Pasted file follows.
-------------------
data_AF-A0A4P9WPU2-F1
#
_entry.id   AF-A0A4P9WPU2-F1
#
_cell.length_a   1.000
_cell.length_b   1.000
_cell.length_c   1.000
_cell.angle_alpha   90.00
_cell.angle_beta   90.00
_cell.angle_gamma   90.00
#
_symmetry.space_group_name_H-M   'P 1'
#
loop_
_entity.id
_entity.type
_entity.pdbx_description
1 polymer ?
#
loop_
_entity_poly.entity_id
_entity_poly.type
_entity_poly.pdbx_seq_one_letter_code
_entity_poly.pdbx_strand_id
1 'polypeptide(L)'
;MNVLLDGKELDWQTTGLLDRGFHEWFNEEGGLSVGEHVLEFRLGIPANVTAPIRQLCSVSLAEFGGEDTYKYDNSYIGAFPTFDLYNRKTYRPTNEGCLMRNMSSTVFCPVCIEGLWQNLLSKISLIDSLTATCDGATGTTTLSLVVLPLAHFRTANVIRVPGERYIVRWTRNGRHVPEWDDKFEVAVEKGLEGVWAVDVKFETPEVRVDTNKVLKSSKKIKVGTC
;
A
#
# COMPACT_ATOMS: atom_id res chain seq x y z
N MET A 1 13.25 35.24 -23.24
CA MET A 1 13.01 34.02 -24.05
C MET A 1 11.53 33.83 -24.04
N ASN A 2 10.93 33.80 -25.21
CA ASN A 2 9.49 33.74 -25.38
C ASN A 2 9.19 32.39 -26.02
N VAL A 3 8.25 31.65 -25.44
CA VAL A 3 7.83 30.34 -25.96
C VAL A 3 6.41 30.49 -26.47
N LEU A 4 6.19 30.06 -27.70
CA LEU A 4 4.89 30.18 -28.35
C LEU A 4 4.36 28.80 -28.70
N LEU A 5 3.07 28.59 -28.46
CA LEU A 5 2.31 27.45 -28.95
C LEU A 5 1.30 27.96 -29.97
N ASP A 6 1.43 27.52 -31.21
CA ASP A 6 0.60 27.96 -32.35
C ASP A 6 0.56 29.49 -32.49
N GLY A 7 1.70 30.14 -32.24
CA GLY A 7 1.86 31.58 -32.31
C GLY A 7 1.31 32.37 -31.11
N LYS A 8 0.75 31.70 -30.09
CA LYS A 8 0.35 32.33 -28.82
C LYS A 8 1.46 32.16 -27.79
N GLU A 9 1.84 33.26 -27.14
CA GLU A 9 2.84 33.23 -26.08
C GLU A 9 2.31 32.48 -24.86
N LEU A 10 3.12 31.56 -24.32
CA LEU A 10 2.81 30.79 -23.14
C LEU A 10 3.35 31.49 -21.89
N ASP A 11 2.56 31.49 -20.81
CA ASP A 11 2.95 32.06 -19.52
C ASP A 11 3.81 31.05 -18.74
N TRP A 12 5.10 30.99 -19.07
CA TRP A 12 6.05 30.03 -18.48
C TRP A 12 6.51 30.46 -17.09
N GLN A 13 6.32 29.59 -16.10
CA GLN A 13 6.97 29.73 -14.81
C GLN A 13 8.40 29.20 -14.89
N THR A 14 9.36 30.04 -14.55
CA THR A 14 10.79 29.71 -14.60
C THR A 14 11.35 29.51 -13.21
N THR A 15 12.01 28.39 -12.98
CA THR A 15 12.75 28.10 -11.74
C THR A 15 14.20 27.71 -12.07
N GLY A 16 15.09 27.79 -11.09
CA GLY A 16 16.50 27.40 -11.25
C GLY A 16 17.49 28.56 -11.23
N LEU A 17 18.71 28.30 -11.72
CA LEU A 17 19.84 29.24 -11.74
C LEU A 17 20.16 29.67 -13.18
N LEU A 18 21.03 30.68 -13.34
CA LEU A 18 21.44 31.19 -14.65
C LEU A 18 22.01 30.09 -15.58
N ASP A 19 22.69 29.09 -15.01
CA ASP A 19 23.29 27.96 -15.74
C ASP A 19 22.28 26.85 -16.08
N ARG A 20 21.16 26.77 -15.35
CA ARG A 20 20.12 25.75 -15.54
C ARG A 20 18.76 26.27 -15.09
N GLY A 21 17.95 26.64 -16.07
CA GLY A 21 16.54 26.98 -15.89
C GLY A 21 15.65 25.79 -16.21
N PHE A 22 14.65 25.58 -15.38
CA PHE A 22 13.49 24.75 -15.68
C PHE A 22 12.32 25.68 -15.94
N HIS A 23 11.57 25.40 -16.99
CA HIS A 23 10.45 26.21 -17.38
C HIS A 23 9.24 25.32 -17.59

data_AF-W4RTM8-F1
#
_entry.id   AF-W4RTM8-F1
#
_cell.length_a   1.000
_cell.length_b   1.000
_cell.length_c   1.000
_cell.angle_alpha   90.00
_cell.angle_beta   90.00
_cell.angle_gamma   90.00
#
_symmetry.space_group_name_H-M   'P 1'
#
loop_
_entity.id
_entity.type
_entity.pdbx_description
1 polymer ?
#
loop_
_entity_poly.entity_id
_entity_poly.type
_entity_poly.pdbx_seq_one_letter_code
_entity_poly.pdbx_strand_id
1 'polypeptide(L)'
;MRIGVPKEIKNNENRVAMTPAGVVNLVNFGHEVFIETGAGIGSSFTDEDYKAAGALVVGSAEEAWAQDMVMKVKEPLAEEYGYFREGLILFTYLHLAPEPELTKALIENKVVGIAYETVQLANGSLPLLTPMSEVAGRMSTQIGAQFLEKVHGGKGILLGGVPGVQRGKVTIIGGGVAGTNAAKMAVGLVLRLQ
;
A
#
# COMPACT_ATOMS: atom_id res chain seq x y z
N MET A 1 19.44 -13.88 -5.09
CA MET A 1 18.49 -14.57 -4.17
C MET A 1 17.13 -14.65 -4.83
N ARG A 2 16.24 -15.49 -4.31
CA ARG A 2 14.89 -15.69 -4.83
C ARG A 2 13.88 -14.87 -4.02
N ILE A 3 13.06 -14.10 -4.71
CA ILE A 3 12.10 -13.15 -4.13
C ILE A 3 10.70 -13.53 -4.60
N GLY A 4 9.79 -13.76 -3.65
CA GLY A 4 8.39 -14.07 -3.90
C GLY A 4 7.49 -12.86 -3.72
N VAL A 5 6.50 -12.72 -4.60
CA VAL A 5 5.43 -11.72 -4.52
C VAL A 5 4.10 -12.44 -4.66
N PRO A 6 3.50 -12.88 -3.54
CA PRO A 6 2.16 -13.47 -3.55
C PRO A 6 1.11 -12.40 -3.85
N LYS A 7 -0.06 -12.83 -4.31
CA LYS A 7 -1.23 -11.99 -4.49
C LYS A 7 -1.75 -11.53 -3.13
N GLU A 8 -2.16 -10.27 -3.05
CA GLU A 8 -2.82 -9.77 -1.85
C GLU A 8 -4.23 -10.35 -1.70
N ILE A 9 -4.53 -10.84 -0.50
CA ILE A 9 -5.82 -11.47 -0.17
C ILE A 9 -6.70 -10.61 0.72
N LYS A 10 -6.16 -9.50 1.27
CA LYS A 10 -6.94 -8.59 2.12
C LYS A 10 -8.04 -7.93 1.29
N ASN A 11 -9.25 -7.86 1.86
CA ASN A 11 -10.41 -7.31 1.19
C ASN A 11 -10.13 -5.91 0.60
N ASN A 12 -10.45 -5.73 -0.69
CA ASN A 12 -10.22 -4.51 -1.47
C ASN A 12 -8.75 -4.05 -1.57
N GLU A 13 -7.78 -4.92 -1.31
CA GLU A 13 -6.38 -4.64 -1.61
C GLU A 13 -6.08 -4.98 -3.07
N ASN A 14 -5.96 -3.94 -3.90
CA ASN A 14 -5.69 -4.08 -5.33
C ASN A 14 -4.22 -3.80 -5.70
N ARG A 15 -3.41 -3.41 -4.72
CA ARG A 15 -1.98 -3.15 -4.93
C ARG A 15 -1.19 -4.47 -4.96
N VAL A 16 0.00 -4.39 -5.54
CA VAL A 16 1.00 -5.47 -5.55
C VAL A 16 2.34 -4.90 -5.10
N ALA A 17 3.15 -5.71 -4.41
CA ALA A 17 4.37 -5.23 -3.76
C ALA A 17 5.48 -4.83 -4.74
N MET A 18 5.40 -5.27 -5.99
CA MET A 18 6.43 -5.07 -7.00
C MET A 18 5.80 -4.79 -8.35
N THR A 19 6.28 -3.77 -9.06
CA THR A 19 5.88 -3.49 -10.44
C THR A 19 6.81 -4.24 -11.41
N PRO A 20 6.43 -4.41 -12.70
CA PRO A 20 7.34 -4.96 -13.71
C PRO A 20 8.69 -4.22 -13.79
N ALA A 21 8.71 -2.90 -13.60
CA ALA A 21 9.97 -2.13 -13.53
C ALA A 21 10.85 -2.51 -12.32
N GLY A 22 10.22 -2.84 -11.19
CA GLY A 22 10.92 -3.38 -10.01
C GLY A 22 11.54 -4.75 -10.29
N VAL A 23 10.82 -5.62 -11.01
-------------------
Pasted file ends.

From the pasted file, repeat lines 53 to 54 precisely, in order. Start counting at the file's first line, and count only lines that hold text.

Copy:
CA LYS A 8 0.35 32.33 -28.82
C LYS A 8 1.46 32.16 -27.79